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Meester van de Khanenko-aanbidding of Meester van de Kruisiging te Turijn
K. G. BOON
Vol. 68, No. 4 (1953), pp. 209-216
Published by: Brill
Stable URL: http://www.jstor.org/stable/42710580
Page Count: 8
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F. Diilberg and G. J. Hoogewerff assumed that a triptych at Turin with the Crucifixion and a Crucifixion at Frankfort, both of which show superficial similarities with Enghebrechtsz's art, were works by Huug Jacobs., the father of Lucas van Leyden. It has been found, however, that these paintings form part of a larger group, the common characteristics of which have hitherto passed unobserved. The following may be taken to belong to this group: a triptych with the Pietà, now in the hands of the Amsterdam art dealer De Boer, another triptych with Christ and the Samaritan woman at the well, auctioned at Berlin in 1953, and a painting in the Samuel collection, London, a description of which has already been published by Friedländer. This small group shows a number of features which link it with the art of Hugo van der Goes. The two Crucifixions, however, also point to a relation with Antwerp painters, such as the Master of Frankfort and the young Gossaert. This would seem to indicate that the painter of this group may have begun as an imitator of Van der Goes and then, in Antwerp, became more inclined towards mannerism. From the fact that analogies with work by Van der Goes repeatedly crop up it is clear that his relations with the Ghent painter must have been fairly close. The question may even be raised whether he could not be identified with the painter called by Friedlander the Master of the Khanenko Adoration. This work displays great affinity with some of the paintings illustrated here. It might be a juvenile work, executed at the time when the painter had not yet come into contact with trends inherent in the Antwerp school. At any rate, the superficial points of agreement with the Leyden school and the admittedly somewhat Dutch nature of these pictures do not furnish sufficient proof of the authorship of Huug Jacobsz., even if he had been in the Southern Netherlands for a short period, between 1480 and 1494.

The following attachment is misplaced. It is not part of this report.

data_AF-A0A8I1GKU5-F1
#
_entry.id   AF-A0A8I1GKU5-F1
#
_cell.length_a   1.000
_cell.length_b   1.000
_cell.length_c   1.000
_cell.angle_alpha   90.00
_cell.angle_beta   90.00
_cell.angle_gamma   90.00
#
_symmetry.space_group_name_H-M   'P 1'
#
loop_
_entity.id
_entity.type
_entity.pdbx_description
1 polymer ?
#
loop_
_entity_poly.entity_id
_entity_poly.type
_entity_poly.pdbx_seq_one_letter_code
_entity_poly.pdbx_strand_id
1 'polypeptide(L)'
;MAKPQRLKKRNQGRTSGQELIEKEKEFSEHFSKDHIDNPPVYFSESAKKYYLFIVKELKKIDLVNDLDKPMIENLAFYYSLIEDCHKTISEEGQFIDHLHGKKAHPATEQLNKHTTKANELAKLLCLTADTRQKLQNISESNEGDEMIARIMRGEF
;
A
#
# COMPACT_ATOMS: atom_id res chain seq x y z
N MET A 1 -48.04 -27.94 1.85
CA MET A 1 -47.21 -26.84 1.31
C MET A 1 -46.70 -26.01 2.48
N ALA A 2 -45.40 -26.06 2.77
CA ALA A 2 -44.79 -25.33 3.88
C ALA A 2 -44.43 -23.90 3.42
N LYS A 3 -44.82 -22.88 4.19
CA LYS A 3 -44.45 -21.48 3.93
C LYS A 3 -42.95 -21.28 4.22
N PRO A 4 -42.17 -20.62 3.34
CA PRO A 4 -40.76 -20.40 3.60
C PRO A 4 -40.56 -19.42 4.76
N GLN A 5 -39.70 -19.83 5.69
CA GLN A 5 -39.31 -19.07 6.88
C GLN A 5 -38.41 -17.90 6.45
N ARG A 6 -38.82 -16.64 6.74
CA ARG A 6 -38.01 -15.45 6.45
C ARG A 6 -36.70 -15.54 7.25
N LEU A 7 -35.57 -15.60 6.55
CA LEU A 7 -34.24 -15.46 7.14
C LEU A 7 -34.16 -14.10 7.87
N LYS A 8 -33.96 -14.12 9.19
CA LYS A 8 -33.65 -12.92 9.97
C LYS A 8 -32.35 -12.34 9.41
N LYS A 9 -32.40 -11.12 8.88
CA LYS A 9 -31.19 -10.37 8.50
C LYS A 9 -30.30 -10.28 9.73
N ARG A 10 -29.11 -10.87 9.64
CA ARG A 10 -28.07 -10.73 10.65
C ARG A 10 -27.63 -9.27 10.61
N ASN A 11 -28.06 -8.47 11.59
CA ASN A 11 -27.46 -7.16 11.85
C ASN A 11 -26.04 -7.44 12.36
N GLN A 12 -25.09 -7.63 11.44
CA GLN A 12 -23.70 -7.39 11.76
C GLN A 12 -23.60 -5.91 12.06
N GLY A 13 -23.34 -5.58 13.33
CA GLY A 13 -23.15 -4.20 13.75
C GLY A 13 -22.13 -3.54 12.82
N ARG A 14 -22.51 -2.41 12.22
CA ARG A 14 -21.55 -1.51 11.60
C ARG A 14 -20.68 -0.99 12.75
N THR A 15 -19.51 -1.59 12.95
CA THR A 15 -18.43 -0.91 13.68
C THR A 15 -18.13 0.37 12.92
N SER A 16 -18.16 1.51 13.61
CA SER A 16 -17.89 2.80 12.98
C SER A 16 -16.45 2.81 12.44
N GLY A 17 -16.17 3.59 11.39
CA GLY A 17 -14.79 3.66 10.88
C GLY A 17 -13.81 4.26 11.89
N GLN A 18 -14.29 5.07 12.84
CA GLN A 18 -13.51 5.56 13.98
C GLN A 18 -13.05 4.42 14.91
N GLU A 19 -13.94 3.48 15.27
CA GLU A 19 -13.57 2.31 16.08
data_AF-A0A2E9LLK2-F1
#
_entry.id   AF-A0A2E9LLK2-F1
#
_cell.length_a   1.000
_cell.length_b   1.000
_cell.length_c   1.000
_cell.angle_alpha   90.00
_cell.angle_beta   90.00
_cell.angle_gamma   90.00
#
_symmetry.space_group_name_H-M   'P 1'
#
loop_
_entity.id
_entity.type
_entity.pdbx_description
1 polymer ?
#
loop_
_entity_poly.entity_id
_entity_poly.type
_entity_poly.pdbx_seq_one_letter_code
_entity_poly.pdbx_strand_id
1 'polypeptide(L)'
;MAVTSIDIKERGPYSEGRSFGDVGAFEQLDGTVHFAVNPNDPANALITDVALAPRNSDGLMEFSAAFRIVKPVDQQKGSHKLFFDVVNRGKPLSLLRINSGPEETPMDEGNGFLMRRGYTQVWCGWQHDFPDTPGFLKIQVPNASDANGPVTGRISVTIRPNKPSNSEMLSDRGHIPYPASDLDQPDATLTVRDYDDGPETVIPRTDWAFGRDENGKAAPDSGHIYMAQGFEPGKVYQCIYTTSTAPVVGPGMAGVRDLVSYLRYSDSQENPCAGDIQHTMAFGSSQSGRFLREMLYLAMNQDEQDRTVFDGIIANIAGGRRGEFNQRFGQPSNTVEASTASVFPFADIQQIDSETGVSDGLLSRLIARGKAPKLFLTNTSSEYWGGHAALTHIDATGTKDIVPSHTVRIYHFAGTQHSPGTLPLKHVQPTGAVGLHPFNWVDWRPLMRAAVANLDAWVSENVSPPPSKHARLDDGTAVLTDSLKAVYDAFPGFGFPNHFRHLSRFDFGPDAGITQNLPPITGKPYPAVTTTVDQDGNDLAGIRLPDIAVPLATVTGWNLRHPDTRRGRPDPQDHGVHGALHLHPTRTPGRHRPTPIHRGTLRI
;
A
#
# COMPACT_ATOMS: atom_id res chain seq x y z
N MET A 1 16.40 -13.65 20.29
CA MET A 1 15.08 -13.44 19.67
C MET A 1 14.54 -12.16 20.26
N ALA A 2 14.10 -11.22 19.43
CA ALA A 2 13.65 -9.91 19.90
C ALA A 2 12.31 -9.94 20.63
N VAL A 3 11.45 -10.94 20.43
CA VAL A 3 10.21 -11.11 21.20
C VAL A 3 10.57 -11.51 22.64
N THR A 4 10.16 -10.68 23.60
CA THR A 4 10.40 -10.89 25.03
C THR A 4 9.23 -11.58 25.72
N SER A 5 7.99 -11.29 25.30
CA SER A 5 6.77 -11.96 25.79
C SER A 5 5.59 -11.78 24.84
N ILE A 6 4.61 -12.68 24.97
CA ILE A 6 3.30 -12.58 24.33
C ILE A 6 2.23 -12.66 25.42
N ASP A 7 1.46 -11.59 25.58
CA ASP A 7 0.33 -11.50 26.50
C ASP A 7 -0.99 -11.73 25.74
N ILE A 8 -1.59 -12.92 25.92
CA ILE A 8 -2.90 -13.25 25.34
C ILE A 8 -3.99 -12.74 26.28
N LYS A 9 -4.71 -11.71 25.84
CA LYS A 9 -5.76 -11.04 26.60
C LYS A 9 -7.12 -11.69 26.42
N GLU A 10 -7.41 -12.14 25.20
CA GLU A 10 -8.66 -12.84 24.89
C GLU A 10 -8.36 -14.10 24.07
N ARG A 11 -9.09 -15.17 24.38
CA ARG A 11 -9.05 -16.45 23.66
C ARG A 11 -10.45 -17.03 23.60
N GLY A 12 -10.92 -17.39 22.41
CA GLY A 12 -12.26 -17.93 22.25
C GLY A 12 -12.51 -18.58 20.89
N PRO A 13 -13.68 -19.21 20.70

Oud Holland © 1953 Brill